routing.rst 4.7 KB

  1. Routing
  2. #######
  3. Elgg has two mechanisms to respond to HTTP requests that don't already go through the
  4. :doc:`/design/actions` and :doc:`/guides/views/simplecache` systems.
  5. URL Identifier and Segments
  6. ===========================
  7. After removing the site URL, Elgg splits the URL path by ``/`` into an array. The first
  8. element, the **identifier**, is shifted off, and the remaining elements are called the
  9. **segments**. For example, if the site URL is ````, the URL
  10. ```` produces:
  11. Identifier: ``'blog'``. Segments: ``['owner', 'jane']``. (the query string parameters are
  12. available via ``get_input()``)
  13. The site URL (home page) is a special case that produces an empty string identifier and
  14. an empty segments array.
  15. Page Handler
  16. ============
  17. To handle all URLs that begin with a particular identifier, you can register a function to
  18. act as a :doc:`/guides/pagehandler`. When the handler is called, the segments array is
  19. passed in as the first argument.
  20. The following code registers a page handler for "blog" URLs and shows how one might route
  21. the request to a resource view.
  22. .. code:: php
  23. elgg_register_page_handler('blog', 'blog_page_handler');
  24. function blog_page_handler(array $segments) {
  25. // if the URL is
  26. // $segments contains: ['view', '123', 'my-blog-post']
  27. $subpage = elgg_extract(0, $segments);
  28. if ($subpage === 'view') {
  29. // use a view for the page logic to allow other plugins to easily change it
  30. set_input('guid', (int)elgg_extract(1, $segments));
  31. echo elgg_view('resources/blog/view');
  32. // in page handlers, return true says, "we've handled this request"
  33. return true;
  34. }
  35. // ... handle other subpages
  36. }
  37. The ``route`` Plugin Hook
  38. =========================
  39. The ``route`` plugin hook is triggered earlier, before page handlers are called. The URL
  40. identifier is given as the type of the hook. This hook can be used to modify the identifier
  41. or segments, to take over page rendering completely, or just to add some logic before the
  42. request is handled elsewhere.
  43. Generally devs should use a page handler unless they need to affect a single page or a wider variety of URLs.
  44. The following code intercepts requests to the page handler for ``customblog`` and internally redirects them
  45. to the ``blog`` page handler.
  46. .. code:: php
  47. function myplugin_customblog_route_handler($hook, $type, $returnvalue, $params) {
  48. // direct Elgg to use the page handler for 'blog'
  49. $returnvalue['identifier'] = 'blog';
  50. return $returnvalue;
  51. }
  52. elgg_register_plugin_hook_handler('route', 'customblog', 'myplugin_customblog_route_handler');
  53. The following code results in ``/blog/all`` requests being completely handled by the plugin hook handler.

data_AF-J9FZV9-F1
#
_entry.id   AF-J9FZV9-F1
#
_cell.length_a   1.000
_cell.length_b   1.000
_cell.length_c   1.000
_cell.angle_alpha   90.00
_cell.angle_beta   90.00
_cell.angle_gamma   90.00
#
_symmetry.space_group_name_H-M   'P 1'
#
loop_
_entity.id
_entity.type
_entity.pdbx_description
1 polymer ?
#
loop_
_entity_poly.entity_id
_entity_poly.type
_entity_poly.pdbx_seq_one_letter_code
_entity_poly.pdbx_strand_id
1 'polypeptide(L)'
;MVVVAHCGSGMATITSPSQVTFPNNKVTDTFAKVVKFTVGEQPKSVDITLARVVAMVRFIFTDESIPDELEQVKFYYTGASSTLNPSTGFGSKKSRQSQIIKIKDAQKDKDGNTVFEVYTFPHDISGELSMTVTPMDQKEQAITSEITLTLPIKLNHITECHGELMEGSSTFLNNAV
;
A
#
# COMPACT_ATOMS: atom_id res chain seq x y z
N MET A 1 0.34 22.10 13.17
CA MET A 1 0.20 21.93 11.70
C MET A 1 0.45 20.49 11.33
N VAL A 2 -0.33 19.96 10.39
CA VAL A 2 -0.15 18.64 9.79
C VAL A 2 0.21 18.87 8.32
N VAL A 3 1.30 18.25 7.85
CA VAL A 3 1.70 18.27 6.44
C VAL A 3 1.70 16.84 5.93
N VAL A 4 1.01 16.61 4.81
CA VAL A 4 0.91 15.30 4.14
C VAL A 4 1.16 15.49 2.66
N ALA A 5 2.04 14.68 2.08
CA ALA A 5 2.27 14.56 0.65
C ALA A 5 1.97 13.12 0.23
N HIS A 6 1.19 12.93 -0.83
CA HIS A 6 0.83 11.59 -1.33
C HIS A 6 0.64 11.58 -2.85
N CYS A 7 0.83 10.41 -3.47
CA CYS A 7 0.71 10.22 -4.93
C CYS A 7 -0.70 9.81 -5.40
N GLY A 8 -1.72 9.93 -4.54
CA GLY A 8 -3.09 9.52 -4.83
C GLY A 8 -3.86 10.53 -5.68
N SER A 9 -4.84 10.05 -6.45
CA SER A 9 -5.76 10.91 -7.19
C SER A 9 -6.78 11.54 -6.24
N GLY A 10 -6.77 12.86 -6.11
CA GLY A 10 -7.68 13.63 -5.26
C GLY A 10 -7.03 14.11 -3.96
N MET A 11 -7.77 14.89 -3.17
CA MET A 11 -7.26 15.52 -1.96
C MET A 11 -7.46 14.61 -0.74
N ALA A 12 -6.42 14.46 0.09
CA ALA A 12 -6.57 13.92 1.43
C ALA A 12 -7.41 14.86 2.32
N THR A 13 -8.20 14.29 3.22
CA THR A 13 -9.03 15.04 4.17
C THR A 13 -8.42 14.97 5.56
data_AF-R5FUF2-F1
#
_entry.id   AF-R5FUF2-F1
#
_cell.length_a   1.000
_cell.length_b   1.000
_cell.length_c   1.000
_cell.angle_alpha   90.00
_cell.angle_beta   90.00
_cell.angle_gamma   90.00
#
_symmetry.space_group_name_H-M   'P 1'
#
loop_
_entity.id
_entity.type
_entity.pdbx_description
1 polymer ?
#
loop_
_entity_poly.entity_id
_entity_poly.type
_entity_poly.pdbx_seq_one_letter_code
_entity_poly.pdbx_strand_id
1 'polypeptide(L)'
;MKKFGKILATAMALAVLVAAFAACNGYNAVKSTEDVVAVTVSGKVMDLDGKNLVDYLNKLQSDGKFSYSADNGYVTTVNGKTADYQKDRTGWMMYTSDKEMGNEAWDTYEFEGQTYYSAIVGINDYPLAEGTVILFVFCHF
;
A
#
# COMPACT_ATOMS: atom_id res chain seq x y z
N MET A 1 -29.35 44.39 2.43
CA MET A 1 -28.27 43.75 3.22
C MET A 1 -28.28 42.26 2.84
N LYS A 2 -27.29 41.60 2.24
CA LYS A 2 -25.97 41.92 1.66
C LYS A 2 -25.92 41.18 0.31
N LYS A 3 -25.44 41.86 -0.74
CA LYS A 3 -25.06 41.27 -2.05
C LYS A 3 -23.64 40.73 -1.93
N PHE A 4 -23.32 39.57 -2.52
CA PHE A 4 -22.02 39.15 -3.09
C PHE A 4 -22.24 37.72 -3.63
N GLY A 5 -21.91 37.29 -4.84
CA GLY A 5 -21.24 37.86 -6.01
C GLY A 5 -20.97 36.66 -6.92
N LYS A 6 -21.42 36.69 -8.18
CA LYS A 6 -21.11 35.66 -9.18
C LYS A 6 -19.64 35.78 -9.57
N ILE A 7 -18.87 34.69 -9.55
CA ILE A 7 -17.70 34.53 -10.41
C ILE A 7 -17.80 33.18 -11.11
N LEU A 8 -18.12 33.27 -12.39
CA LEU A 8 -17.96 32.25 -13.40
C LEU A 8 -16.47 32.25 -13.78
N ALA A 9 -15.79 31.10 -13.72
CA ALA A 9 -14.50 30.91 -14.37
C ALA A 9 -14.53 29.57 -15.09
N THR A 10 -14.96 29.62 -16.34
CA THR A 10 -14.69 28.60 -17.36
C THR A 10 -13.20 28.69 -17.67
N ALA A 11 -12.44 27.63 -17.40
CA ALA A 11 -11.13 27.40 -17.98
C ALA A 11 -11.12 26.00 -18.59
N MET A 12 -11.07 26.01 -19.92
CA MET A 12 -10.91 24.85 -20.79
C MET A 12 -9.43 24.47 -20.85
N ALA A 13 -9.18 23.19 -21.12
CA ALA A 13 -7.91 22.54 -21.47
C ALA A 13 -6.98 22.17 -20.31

54. For these requests the ``blog`` page handler is never called.
  55. .. code:: php
  56. function myplugin_blog_all_handler($hook, $type, $returnvalue, $params) {
  57. $segments = elgg_extract('segments', $returnvalue, array());
  58. if (isset($segments[0]) && $segments[0] === 'all') {
  59. $title = "We're taking over!";
  60. $content = elgg_view_layout('one_column', array(
  61. 'title' => $title,
  62. 'content' => "We can take over page rendering completely"
  63. ));
  64. echo elgg_view_page($title, $content);
  65. // in the route hook, return false says, "stop rendering, we've handled this request"
  66. return false;
  67. }
  68. }
  69. elgg_register_plugin_hook_handler('route', 'blog', 'myplugin_blog_all_handler');
  70. Routing overview
  71. ================
  72. For regular pages, Elgg's program flow is something like this:
  73. #. A user requests ````.
  74. #. Plugins are initialized.
  75. #. Elgg parses the URL to identifier ``blog`` and segments ``['owner', 'jane']``.
  76. #. Elgg triggers the plugin hook ``route, blog`` (see above).
  77. #. Elgg finds a registered page handler (see above) for ``blog``, and calls the function, passing in
  78. the segments.
  79. #. The page handler function determines it needs to render a single user's blog. It stores the username
  80. via ``set_input()`` and calls the view ``resources/blog/owner``.
  81. #. The ``resources/blog/owner`` view gets the username via ``get_input()``, and uses many other views and
  82. formatting functions like ``elgg_view_layout()`` and ``elgg_view_page()`` to create the entire HTML page.
  83. #. The page handler echos the view HTML and returns ``true`` to indicate it handled the request.
  84. #. PHP invokes Elgg's shutdown sequence.
  85. #. The user receives a fully rendered page.
  86. Elgg's coding standards suggest a particular URL layout, but there is no syntax enforced.